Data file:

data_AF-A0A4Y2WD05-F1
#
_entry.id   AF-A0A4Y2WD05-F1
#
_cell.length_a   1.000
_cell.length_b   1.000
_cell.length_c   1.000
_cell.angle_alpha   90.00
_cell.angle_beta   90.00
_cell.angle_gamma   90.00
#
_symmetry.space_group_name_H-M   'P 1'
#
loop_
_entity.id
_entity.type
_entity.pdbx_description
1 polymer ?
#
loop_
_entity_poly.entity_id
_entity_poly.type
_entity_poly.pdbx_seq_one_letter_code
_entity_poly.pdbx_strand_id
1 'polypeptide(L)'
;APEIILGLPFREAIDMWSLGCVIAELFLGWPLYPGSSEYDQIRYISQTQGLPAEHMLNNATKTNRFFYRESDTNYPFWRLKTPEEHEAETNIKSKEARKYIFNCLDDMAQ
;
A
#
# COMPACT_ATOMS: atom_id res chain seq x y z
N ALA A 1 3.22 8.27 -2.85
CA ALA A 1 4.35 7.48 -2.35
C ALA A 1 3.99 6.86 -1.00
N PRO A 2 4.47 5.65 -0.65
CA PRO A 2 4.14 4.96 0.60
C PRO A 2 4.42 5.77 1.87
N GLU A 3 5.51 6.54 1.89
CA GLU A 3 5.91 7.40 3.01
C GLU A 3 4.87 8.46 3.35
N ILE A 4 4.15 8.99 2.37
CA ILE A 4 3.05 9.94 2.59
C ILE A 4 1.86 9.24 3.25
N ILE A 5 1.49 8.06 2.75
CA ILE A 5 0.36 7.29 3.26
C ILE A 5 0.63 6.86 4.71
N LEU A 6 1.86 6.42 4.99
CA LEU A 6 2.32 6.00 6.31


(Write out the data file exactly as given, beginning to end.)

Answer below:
data_AF-A0A4Y2WD05-F1
#
_entry.id   AF-A0A4Y2WD05-F1
#
_cell.length_a   1.000
_cell.length_b   1.000
_cell.length_c   1.000
_cell.angle_alpha   90.00
_cell.angle_beta   90.00
_cell.angle_gamma   90.00
#
_symmetry.space_group_name_H-M   'P 1'
#
loop_
_entity.id
_entity.type
_entity.pdbx_description
1 polymer ?
#
loop_
_entity_poly.entity_id
_entity_poly.type
_entity_poly.pdbx_seq_one_letter_code
_entity_poly.pdbx_strand_id
1 'polypeptide(L)'
;APEIILGLPFREAIDMWSLGCVIAELFLGWPLYPGSSEYDQIRYISQTQGLPAEHMLNNATKTNRFFYRESDTNYPFWRLKTPEEHEAETNIKSKEARKYIFNCLDDMAQ
;
A
#
# COMPACT_ATOMS: atom_id res chain seq x y z
N ALA A 1 3.22 8.27 -2.85
CA ALA A 1 4.35 7.48 -2.35
C ALA A 1 3.99 6.86 -1.00
N PRO A 2 4.47 5.65 -0.65
CA PRO A 2 4.14 4.96 0.60
C PRO A 2 4.42 5.77 1.87
N GLU A 3 5.51 6.54 1.89
CA GLU A 3 5.91 7.40 3.01
C GLU A 3 4.87 8.46 3.35
N ILE A 4 4.15 8.99 2.37
CA ILE A 4 3.05 9.94 2.59
C ILE A 4 1.86 9.24 3.25
N ILE A 5 1.49 8.06 2.75
CA ILE A 5 0.36 7.29 3.26
C ILE A 5 0.63 6.86 4.71
N LEU A 6 1.86 6.42 4.99
CA LEU A 6 2.32 6.00 6.31